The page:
Letter to the editor: More discussion needed on dairy consumption
In reference to the letter to the editor that ran under the headline “Dairy not necessarily healthy” in your Aug. 26 edition, the statements made by Pat Davies against dairy consumption and for an alternative, plant-based diet are compelling. Particularly now, as we discover the inevitable connection between diet and wellness or illness, traditional versus modern methods of food production, the treatment of dairy farm cows and the greenhouse gas emissions from such farms. And running through everything is our critical need to rescue this tired, much depleted planet from extinction.
Change of any sort is a difficult and sometimes painful process. It is almost always slow. Personal choice, free of danger to others, remains a basic right, and that right extends to the things we choose to eat and drink. I myself have gradually reduced my intake of dairy, but I’m not perfect, nor am I abstinent. I still adore eggs and real cheese, the latter for which this blessed state of ours is quite famous. But I don’t have to eat them every day, so I content myself (most of the time) with once or twice a month. Maybe one day I’ll stumble upon an organically synthetic substance that really, truly tastes like something I can blend with my gluten-free, spinach-spun macaroni and will gladly call it my new cheesy comfort food. On that day, I’ll hop and whirl like Snoopy doing the happy dance.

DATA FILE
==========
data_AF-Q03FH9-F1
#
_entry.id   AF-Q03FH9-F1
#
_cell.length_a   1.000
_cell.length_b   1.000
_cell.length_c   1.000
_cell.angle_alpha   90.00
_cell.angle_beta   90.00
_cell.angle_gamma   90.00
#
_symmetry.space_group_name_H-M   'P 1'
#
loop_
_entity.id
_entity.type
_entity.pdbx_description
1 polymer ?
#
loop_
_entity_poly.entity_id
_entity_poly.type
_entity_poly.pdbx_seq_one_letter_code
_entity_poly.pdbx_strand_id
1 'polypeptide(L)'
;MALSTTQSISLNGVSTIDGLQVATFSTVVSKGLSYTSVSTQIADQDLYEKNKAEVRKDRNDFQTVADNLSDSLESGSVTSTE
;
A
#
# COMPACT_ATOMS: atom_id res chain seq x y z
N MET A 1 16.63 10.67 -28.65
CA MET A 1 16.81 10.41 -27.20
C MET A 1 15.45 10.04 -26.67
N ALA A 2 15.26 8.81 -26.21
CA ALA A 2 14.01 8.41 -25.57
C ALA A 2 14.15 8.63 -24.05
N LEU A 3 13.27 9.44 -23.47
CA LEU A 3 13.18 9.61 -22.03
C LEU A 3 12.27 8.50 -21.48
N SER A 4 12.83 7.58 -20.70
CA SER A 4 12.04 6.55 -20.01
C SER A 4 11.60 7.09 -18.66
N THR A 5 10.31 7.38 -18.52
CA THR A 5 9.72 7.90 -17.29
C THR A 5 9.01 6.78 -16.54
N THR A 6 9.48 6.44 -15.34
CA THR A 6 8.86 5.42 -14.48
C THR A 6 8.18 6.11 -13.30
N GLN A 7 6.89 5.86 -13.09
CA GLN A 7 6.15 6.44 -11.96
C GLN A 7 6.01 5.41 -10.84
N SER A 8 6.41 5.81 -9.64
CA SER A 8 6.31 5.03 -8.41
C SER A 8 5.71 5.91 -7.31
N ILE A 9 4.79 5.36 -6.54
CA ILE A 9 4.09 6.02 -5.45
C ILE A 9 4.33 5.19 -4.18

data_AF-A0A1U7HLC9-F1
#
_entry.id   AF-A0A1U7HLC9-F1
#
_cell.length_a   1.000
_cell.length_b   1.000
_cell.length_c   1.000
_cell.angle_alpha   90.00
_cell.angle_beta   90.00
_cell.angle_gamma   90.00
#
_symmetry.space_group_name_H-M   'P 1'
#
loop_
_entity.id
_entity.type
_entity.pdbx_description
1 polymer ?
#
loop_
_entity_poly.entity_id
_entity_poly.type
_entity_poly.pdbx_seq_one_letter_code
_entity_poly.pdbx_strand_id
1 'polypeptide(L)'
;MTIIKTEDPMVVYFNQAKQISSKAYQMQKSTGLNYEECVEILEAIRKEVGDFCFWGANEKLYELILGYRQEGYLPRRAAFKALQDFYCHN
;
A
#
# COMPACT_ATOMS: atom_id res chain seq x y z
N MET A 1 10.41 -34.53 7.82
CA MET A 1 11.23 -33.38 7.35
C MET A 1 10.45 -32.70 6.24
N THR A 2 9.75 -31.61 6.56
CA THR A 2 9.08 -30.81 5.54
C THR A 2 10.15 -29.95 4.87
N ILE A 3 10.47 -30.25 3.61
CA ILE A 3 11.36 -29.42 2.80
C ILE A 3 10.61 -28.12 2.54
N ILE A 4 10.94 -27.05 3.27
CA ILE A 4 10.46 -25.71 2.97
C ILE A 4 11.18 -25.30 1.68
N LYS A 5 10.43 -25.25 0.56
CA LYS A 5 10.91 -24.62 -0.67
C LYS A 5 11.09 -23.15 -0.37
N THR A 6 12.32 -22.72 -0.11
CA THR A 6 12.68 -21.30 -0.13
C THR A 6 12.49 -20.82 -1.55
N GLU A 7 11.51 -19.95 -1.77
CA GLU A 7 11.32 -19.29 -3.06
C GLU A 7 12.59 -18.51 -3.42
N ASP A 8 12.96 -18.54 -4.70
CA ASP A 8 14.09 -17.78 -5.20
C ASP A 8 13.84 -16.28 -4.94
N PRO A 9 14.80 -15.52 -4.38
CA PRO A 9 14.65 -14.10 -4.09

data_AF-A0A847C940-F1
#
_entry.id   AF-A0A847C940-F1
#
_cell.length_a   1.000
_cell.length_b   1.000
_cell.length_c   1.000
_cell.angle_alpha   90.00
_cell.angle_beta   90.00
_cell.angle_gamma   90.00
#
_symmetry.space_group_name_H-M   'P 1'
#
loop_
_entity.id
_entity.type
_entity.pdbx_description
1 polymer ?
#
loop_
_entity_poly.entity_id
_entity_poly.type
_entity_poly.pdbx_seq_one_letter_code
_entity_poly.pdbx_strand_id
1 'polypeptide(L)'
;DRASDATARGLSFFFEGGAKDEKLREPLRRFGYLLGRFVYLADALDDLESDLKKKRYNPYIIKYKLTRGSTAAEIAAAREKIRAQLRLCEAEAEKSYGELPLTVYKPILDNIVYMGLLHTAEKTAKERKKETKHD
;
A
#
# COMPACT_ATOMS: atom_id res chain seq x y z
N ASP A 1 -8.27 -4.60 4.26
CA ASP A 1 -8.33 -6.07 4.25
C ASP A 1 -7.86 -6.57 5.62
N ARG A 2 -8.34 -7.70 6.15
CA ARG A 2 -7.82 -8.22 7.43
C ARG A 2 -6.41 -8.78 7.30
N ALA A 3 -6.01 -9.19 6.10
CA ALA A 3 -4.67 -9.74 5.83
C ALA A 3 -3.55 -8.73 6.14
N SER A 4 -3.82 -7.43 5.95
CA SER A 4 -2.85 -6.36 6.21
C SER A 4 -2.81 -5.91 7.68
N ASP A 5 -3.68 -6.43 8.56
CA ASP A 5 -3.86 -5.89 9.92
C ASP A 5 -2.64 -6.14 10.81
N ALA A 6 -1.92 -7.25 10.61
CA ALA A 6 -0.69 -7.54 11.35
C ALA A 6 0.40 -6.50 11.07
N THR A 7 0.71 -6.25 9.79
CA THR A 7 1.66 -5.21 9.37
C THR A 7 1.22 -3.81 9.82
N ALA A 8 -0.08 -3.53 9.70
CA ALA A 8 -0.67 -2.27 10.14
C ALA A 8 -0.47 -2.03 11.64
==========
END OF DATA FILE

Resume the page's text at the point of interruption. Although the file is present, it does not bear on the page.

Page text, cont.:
Meanwhile, the pros and cons regarding dairy consumption exist. As Ms. Davies indicated, we already have an historically firm notion of the benefits and/or the things that appeal to us about dairy, evidenced by those “Got milk?” ads backed by powerful, established interest groups. There is also a relatively unfamiliar, less popular, but distinctly growing body of medical research — much of it from reputable physicians — favoring plant-based foods. This is because of the increased, substantial link found between prolonged dairy consumption and, for examples, heart disease, arthritis and certain cancers. This data, it seems to me, needs to also be widely and openly examined by us.
We need respectful discourse and robust debate about dairy specifically and diet generally. We would benefit from symposiums and panel discussions featuring nationally renowned guest speakers and hosted by viable civic groups in our own locality. In addition, doctors and nutritionists, physical therapists and holistic health practitioners would do well to update themselves and educate their patients on a spectrum of dietary options for maintaining wellness and very likely preventing illnesses. I encourage these healers to include dairy-free foods among such options.
Wise choices for our personal, collective and the planet’s well-being will only come about when we responsibly inform ourselves and others.
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